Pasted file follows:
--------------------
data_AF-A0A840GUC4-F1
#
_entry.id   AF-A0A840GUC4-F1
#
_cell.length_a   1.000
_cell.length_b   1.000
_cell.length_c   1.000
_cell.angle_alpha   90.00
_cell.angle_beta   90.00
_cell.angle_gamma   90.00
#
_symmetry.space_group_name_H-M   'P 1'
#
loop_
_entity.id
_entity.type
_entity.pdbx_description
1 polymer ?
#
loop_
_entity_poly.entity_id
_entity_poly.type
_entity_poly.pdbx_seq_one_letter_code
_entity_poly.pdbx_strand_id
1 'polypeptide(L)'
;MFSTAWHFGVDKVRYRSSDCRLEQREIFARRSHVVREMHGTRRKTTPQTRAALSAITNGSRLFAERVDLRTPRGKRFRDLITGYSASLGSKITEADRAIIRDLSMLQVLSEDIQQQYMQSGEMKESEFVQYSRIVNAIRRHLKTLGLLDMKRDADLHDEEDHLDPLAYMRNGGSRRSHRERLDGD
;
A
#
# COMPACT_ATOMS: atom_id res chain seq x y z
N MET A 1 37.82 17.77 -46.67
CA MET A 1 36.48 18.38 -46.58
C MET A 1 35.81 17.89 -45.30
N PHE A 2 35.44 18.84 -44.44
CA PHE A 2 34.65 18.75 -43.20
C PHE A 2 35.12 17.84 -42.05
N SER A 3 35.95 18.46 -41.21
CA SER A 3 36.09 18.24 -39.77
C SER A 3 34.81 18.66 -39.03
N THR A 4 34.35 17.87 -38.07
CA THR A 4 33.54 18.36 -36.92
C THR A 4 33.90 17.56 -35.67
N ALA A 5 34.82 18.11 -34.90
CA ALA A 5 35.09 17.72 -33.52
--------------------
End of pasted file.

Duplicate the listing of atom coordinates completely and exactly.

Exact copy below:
data_AF-A0A840GUC4-F1
#
_entry.id   AF-A0A840GUC4-F1
#
_cell.length_a   1.000
_cell.length_b   1.000
_cell.length_c   1.000
_cell.angle_alpha   90.00
_cell.angle_beta   90.00
_cell.angle_gamma   90.00
#
_symmetry.space_group_name_H-M   'P 1'
#
loop_
_entity.id
_entity.type
_entity.pdbx_description
1 polymer ?
#
loop_
_entity_poly.entity_id
_entity_poly.type
_entity_poly.pdbx_seq_one_letter_code
_entity_poly.pdbx_strand_id
1 'polypeptide(L)'
;MFSTAWHFGVDKVRYRSSDCRLEQREIFARRSHVVREMHGTRRKTTPQTRAALSAITNGSRLFAERVDLRTPRGKRFRDLITGYSASLGSKITEADRAIIRDLSMLQVLSEDIQQQYMQSGEMKESEFVQYSRIVNAIRRHLKTLGLLDMKRDADLHDEEDHLDPLAYMRNGGSRRSHRERLDGD
;
A
#
# COMPACT_ATOMS: atom_id res chain seq x y z
N MET A 1 37.82 17.77 -46.67
CA MET A 1 36.48 18.38 -46.58
C MET A 1 35.81 17.89 -45.30
N PHE A 2 35.44 18.84 -44.44
CA PHE A 2 34.65 18.75 -43.20
C PHE A 2 35.12 17.84 -42.05
N SER A 3 35.95 18.46 -41.21
CA SER A 3 36.09 18.24 -39.77
C SER A 3 34.81 18.66 -39.03
N THR A 4 34.35 17.87 -38.07
CA THR A 4 33.54 18.36 -36.92
C THR A 4 33.90 17.56 -35.67
N ALA A 5 34.82 18.11 -34.90
CA ALA A 5 35.09 17.72 -33.52